Biclustering reveals potential knee OA phenotypes in exploratory analyses: Data from the Osteoarthritis Initiative Public Deposited

Downloadable Content

Download PDF
Creator
  • Nelson, Amanda E.
    • Affiliation: School of Medicine, Thurston Arthritis Research Center
  • Keefe, Thomas H.
    • Affiliation: College of Arts and Sciences, Department of Statistics and Operations Research
  • Schwartz, Todd A.
    • Affiliation: School of Medicine, Thurston Arthritis Research Center
  • Callahan, Leigh F.
    • Affiliation: School of Medicine, Thurston Arthritis Research Center
  • Loeser, Richard F.
    • Affiliation: School of Medicine, Thurston Arthritis Research Center
  • Golightly, Yvonne M.
    • Affiliation: School of Medicine, Thurston Arthritis Research Center
  • Arbeeva, Liubov
    • Affiliation: School of Medicine, Thurston Arthritis Research Center
  • Marron, J. S.
    • Affiliation: College of Arts and Sciences, Department of Statistics and Operations Research
Abstract
  • Objective To apply biclustering, a methodology originally developed for analysis of gene expression data, to simultaneously cluster observations and clinical features to explore candidate phenotypes of knee osteoarthritis (KOA) for the first time. Methods Data from the baseline Osteoarthritis Initiative (OAI) visit were cleaned, transformed, and standardized as indicated (leaving 6461 knees with 86 features). Biclustering produced submatrices of the overall data matrix, representing similar observations across a subset of variables. Statistical validation was determined using the novel SigClust procedure. After identifying biclusters, relationships with key outcome measures were assessed, including progression of radiographic KOA, total knee arthroplasty, loss of joint space width, and worsening Western Ontario and McMaster Universities Osteoarthritis Index (WOMAC) scores, over 96 months of follow-up. Results The final analytic set included 6461 knees from 3330 individuals (mean age 61 years, mean body mass index 28 kg/m2, 57% women and 86% White). We identified 6 mutually exclusive biclusters characterized by different feature profiles at baseline, particularly related to symptoms and function. Biclusters represented overall better (#1), similar (#2, 3, 6), and poorer (#4, 5) prognosis compared to the overall cohort of knees, respectively. In general, knees in biclusters #4 and 5 had more structural progression (based on Kellgren-Lawrence grade, total knee arthroplasty, and loss of joint space width) but tended to have an improvement in WOMAC pain scores over time. In contrast, knees in bicluster #1 had less incident and progressive KOA, fewer total knee arthroplasties, less loss of joint space width, and stable pain scores compared with the overall cohort. Significance We identified six biclusters within the baseline OAI dataset which have varying relationships with key outcomes in KOA. Such biclusters represent potential phenotypes within the larger cohort and may suggest subgroups at greater or lesser risk of progression over time.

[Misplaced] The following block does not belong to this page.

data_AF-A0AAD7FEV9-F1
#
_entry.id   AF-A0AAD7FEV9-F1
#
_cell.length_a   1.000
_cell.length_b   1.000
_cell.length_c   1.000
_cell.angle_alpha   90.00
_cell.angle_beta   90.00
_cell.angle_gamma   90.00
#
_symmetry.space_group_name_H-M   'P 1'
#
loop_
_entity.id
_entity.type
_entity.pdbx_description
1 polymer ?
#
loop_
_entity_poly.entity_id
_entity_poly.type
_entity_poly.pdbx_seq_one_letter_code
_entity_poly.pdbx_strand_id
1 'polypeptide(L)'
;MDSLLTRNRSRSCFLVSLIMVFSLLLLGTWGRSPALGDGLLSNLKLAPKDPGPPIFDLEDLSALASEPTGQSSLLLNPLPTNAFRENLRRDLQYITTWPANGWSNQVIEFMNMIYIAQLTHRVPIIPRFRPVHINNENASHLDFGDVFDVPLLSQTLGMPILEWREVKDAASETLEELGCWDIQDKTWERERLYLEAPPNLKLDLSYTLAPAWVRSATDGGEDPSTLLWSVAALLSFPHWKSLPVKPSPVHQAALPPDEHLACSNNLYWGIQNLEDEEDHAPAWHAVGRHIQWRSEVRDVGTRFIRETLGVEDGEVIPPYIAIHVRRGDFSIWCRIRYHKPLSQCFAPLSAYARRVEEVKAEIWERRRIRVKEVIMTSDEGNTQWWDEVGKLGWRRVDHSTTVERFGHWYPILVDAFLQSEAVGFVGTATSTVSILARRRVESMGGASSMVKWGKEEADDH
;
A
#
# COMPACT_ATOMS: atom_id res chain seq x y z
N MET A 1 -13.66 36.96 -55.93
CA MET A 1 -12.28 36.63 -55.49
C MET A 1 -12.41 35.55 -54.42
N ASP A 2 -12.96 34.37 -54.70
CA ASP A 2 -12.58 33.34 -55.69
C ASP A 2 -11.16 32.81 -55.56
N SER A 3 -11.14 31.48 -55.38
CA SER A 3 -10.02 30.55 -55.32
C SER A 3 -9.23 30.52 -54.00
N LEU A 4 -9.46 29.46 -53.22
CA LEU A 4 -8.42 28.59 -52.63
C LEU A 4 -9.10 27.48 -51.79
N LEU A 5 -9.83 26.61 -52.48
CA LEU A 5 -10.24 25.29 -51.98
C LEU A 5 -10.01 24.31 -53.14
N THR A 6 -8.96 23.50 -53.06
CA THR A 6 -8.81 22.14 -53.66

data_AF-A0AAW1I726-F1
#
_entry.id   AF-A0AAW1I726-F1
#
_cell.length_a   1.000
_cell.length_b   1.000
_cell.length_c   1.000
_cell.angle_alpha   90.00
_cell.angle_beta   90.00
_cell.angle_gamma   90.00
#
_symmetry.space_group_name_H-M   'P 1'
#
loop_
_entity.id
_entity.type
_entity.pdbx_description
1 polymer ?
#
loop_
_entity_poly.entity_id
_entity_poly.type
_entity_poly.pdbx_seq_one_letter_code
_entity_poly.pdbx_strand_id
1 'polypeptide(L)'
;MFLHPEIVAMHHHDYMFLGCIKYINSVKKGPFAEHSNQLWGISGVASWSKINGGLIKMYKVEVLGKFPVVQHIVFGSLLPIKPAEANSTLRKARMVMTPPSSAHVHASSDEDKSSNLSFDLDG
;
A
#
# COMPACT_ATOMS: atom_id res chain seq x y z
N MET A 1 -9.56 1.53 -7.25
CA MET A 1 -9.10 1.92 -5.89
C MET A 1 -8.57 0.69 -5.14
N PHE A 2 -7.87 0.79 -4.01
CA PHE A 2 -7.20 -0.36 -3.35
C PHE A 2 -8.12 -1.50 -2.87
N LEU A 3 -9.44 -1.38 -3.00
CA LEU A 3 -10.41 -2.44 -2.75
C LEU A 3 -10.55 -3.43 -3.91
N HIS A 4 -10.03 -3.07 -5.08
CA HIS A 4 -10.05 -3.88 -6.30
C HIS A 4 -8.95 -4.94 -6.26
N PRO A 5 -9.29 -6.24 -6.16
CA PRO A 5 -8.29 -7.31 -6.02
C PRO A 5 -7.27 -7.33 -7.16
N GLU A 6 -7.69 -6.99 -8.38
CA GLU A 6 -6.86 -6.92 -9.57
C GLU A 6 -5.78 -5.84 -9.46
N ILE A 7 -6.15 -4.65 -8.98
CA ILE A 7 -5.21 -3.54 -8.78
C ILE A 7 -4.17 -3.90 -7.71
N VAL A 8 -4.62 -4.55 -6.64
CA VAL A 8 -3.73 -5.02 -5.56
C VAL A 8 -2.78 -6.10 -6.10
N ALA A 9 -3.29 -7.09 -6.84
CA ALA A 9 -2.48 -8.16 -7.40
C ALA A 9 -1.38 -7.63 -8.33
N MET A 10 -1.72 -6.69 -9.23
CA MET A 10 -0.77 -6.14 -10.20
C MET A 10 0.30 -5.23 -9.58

Date of publication
Keyword
DOI
Identifier
Resource type
  • Article
Rights statement
  • In Copyright
License
  • Attribution 4.0 International
Journal title
  • PLOS ONE
Journal volume
  • 17
Journal issue
  • 5
Language
  • English
Version
  • Publisher
ISSN
  • 1932-6203
Parents:

This work has no parents.

In Collection:

Items